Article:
Skating down the new park

As I grew up, skateboarding was one of the most positive things in my life. It helped me bond with my older brother. I learned how to work hard and set goals to progress in my boarding skills. I put down the video games, got active and made memories.

Seeing the city of Siloam Springs invest in a nicer skate park reminded me of all the good times I had at my local skate park in Cloverdale, British Columbia – but I suppose at 21 I am still young enough to dust off my board and scoot around a bit. And I did.

The new park, built a stone’s throw from the old one, is a vast improvement. The old park was difficult and unforgiving. The rough concrete made flowing through the park a chore. Skate wheels are small, hard disks of rubber and cause the rider to feel every rock, bump and ripple. The concrete also had long cracks where one slab meets another. The decade- old prefabricated metal ramps and rails in the old park have seen better days. The thin plates that are supposed to ease the transition from concrete to ramp are curled up from the metal warping. For someone building up speed to gap the tabletop, this means a mouthful of concrete. The ramps are dirty, rusty, covered in graffiti and have sharp metal edges.

The new park is draped in buttery concrete which makes getting around a dream. The design is much less crowded. Skaters can flow around the park and build speed easier. The features are also less sanitized than the old park, which was stitched together from a catalog of pieces. This park is unique and more organic. The hand rail and hubba ledges are the perfect height and mimic skating on the street. There is even a full mini ramp – it’s like a half pipe, but mini.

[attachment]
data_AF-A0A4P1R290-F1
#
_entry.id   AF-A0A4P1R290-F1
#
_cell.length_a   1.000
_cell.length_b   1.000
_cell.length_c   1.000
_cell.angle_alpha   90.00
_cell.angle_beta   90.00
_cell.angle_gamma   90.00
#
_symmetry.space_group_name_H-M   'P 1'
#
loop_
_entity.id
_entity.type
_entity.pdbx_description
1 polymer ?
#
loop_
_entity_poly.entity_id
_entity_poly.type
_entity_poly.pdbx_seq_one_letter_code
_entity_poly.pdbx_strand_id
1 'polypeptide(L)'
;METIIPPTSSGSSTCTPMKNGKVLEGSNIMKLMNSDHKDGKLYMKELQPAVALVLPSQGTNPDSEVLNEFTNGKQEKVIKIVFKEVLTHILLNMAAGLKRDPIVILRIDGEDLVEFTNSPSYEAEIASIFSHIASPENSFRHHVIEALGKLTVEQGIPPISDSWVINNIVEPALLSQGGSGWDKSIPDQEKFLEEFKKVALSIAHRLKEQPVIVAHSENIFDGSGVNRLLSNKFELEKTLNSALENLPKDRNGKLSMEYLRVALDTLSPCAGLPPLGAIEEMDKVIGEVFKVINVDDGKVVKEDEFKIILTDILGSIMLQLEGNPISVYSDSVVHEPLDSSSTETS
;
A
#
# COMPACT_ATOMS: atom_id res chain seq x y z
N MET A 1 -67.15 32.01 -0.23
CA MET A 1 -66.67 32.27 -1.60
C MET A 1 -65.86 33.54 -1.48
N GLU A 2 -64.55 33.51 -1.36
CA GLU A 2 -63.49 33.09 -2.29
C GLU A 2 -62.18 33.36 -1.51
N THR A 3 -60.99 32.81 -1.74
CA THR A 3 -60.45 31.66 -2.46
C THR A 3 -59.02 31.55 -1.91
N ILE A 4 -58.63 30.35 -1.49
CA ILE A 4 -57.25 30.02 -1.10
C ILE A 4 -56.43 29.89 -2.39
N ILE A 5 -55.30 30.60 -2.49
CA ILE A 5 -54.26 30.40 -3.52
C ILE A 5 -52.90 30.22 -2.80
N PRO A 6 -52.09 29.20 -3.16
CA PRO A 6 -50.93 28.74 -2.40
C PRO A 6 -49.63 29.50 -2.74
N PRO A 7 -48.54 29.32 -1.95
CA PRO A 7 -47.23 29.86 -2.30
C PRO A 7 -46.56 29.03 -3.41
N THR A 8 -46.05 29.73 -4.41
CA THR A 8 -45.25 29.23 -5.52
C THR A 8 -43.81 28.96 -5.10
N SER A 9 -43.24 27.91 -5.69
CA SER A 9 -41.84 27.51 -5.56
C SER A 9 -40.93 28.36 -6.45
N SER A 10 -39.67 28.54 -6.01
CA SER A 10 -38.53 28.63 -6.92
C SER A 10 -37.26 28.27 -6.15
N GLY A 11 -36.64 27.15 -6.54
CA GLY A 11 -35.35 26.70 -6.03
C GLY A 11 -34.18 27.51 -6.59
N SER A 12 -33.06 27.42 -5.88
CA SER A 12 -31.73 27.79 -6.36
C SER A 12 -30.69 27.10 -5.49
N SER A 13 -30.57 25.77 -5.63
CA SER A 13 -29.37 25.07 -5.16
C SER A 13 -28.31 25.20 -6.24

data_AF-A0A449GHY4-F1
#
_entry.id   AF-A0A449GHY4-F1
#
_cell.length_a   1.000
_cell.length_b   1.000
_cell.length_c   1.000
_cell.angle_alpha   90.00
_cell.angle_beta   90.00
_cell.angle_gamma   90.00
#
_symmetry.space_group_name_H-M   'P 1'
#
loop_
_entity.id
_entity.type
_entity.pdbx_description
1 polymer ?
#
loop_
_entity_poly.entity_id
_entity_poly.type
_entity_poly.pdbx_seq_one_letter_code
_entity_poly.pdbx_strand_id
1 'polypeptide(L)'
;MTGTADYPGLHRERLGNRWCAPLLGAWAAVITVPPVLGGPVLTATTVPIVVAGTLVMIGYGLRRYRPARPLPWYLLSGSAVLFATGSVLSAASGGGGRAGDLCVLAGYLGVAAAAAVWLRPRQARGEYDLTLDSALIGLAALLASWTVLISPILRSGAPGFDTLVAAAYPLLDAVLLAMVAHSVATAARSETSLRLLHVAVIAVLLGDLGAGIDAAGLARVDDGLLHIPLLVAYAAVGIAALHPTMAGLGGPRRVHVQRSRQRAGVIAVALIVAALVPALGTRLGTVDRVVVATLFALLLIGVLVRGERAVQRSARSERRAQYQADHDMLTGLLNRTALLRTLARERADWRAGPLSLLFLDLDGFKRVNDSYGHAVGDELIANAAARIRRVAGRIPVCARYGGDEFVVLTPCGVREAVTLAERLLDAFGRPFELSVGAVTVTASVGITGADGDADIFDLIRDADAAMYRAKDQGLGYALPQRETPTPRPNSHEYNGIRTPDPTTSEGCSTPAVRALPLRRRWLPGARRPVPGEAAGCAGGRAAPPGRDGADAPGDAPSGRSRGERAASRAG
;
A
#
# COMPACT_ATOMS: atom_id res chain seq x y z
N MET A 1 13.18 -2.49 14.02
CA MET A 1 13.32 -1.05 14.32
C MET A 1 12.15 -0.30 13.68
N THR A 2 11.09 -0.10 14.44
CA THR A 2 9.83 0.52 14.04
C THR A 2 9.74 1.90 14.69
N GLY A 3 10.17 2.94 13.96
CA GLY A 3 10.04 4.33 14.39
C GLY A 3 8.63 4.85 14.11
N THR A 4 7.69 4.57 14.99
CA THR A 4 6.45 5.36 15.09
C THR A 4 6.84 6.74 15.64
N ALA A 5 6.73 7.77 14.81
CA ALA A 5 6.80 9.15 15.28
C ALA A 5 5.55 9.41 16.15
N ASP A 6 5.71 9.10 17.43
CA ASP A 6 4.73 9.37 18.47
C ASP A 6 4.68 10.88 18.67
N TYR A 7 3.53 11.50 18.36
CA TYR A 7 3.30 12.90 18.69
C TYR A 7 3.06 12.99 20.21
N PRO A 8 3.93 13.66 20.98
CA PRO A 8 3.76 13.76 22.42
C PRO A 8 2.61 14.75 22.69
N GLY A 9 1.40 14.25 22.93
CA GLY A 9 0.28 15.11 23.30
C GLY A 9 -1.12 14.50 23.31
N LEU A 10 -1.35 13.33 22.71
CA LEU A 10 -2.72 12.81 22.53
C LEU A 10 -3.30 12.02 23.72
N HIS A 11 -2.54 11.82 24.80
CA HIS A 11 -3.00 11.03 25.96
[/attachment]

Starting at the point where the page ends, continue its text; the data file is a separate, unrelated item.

Most larger cities don’t have skate parks this nice and most cities never asked locals what they wanted. Mayor David Allen and Streets Director Randy Atkins made sure that the entire park was designed and critiqued by local skaters. They spent several Saturdays down at the old park chatting with skaters and writing down their desires. It was built by Siloam skaters, for Siloam skaters.

The result is fantastic. Not just in terms of skating, but in terms of government. Allen and his people could have used the $90,000 budget for the park on another project. They could have ignored the kids and cut corners like with the first park, buying cheap, ready-to-ride junk. But instead, they decided to invest in what many would consider the city’s delinquents. And many do. Skaters are labeled as lazy, drug users and vandals. Not the athletes they are.

Kids need things to keep them busy, active and motivated. Soccer and basketball aren’t for everyone, and now Siloam Springs has a safer, cleaner and better skate park for those kids.